AI, for some people, is a godsend. If you’re in a hurry at the supermarket, with just a few items in your basket, for example, self-service tills can be a much quicker solution than waiting in a queue behind those whose weekly shopping is being methodically scanned by the cashier (that’s provided you don’t need an ID check and nothing triggers the self-serve red light—otherwise you can be waiting just as long for a human to come and remedy the issue!).
Buying tickets via an app before boarding a train (rather than trying to find a guard on board), self-service points at the Post Office, being able to take a picture of a cheque with your phone to pay it into your bank account (rather than trekking to the nearest branch); all of these things, I believe, are technological advancements that genuinely save consumers a lot of time and trouble.
NB: I understand that such technology is completing a task that a person used to complete, and so, in terms of the job market, it could be argued that AI is more of a problem than a solution. However, for the purposes of this blog, I’m focusing on the impact of technology and AI on customer service.
There’s no doubt that chatbots, apps and digital solutions save companies a huge amount of money. Digital assistants, whatever their sector, don’t need breaks, they’re available for work 24/7, and they’re not likely to hold their employer ransom via a union or cite working directives. However, they do not—and I can’t see that they ever will—give the same level of customer service that a human could provide.
And that’s the rub. If you want the convenience of a digital transaction, you can’t expect the warmth and interaction you’d get from another human being as they deal with your business. Bill Gates and Mark Zuckerberg could pool their finances, resources and their knowledge, and they’d still not be able to design artificial intelligence that could assess body language, read between the lines and understand what going above and beyond would mean to a customer more than a human could.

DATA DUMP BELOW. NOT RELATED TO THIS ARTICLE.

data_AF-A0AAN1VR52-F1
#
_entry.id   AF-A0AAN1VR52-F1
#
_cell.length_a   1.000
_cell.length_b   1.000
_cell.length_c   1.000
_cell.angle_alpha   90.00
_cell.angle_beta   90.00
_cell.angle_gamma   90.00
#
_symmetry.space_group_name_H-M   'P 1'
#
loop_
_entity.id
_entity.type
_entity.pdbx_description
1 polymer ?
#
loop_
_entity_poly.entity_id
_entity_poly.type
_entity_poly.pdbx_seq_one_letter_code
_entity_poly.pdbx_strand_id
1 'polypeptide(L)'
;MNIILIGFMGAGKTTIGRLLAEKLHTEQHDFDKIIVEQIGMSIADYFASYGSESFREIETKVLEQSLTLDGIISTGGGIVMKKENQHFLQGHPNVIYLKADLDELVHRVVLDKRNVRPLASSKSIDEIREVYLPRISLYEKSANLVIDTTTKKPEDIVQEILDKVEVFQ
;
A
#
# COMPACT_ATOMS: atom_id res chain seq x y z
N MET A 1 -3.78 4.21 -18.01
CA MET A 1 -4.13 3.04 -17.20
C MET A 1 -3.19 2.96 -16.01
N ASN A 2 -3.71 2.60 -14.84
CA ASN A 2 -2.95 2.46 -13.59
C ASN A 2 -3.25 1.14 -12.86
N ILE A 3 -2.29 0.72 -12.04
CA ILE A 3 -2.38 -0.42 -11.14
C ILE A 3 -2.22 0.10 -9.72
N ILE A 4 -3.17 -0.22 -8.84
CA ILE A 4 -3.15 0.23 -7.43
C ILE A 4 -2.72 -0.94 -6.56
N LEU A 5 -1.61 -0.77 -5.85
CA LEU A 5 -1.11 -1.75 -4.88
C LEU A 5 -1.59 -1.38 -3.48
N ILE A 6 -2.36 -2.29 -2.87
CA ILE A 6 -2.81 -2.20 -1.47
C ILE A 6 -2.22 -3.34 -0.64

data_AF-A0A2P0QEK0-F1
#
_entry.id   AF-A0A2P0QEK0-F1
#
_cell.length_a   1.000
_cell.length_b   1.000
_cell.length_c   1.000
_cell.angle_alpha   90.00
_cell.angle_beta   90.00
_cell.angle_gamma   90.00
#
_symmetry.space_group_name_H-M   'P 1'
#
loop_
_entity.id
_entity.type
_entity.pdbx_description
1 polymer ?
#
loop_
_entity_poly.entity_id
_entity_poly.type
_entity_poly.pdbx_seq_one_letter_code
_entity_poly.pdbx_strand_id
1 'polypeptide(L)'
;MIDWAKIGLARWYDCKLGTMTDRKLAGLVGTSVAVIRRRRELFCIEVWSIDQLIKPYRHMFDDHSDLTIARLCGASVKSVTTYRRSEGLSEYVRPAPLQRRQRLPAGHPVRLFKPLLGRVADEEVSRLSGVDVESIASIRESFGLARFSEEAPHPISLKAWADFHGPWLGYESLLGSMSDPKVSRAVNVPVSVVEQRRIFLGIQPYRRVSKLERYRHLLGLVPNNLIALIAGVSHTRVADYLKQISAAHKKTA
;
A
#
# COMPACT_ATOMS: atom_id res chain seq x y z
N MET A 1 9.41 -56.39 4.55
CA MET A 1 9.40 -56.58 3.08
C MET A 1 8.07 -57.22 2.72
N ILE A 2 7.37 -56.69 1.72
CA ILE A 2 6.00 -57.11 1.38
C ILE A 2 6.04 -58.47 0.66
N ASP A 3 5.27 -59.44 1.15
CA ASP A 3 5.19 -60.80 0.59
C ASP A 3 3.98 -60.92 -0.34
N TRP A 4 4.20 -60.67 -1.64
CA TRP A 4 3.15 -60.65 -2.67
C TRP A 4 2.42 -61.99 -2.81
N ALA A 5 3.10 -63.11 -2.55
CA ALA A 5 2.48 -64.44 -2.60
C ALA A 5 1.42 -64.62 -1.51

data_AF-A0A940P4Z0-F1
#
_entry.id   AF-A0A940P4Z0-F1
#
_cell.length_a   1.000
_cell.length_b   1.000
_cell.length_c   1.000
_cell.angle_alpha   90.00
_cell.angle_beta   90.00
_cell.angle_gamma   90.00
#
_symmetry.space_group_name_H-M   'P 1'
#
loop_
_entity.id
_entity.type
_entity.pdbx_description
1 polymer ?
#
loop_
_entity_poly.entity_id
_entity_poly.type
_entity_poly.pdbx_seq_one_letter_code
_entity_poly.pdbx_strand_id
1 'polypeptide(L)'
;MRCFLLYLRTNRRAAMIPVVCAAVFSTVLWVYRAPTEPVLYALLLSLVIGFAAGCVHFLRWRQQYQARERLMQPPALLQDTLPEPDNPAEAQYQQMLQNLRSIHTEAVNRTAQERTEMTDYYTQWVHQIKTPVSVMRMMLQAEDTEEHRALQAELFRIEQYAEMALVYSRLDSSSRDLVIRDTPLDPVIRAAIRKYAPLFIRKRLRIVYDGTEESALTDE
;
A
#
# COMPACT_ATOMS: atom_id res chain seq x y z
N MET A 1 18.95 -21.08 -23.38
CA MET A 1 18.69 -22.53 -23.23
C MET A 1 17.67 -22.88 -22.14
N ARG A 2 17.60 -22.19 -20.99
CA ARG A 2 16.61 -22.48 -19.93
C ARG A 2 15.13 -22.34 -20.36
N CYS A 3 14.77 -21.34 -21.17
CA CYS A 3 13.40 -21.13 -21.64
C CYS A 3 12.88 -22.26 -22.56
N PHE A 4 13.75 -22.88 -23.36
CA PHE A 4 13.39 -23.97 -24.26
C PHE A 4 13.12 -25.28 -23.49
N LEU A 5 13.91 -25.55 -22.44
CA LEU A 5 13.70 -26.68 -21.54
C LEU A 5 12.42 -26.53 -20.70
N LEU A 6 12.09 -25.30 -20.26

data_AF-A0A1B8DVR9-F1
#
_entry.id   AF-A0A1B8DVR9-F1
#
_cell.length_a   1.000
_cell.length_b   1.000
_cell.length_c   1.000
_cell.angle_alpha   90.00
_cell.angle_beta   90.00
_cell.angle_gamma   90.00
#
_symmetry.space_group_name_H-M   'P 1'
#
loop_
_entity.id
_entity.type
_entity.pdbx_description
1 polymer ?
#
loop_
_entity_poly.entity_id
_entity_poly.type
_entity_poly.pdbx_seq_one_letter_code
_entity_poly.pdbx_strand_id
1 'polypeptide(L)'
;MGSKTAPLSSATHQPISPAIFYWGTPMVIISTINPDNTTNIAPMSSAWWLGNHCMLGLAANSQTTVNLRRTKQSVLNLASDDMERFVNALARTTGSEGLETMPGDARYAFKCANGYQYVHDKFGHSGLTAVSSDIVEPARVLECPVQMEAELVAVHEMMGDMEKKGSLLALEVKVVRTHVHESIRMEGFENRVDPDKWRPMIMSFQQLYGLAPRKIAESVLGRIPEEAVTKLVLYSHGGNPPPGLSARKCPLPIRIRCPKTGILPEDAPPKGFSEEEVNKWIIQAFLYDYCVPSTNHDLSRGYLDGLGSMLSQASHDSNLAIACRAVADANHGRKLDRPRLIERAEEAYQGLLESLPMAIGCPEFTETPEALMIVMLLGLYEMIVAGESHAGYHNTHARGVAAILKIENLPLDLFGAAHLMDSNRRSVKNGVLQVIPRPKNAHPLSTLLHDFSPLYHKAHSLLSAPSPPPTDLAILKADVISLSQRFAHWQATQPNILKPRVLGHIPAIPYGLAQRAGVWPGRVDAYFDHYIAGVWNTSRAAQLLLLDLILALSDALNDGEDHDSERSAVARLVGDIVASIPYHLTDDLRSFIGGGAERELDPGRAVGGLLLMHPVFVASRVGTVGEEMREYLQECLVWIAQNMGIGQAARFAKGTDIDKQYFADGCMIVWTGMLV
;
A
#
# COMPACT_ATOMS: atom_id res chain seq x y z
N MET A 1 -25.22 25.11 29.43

Maybe no one expects anything other than a completed transaction through AI, which is fine (I think). That said, if you decide to only offer AI solutions as your customers’ first point of contact, at least ensure it can sufficiently do the job.
AI is the new gatekeeper?
A friend of mine has been incredibly frustrated by her interactions with a large organisation recently. She was required to set up a direct debit to pay the company on a monthly basis, and whilst this is a process she—and, no doubt, the majority of the general public—has done many times before, she experienced nothing but problems on this occasion. Firstly, her bank cancelled the mandate for no apparent reason, before the first payment was even collected.
She tried to get in touch with the company in question to find out why this happened and to set it up again, but the only option she received was an automated phone service. Even when she thought she’d set up a new direct debit mandate via the AI, the money still sat in her account, uncollected. She subsequently received countless texts and emails from the company saying she owed them money. She had no idea what the problem was; all she wanted to do was speak to someone at the company and get to the bottom of the issue.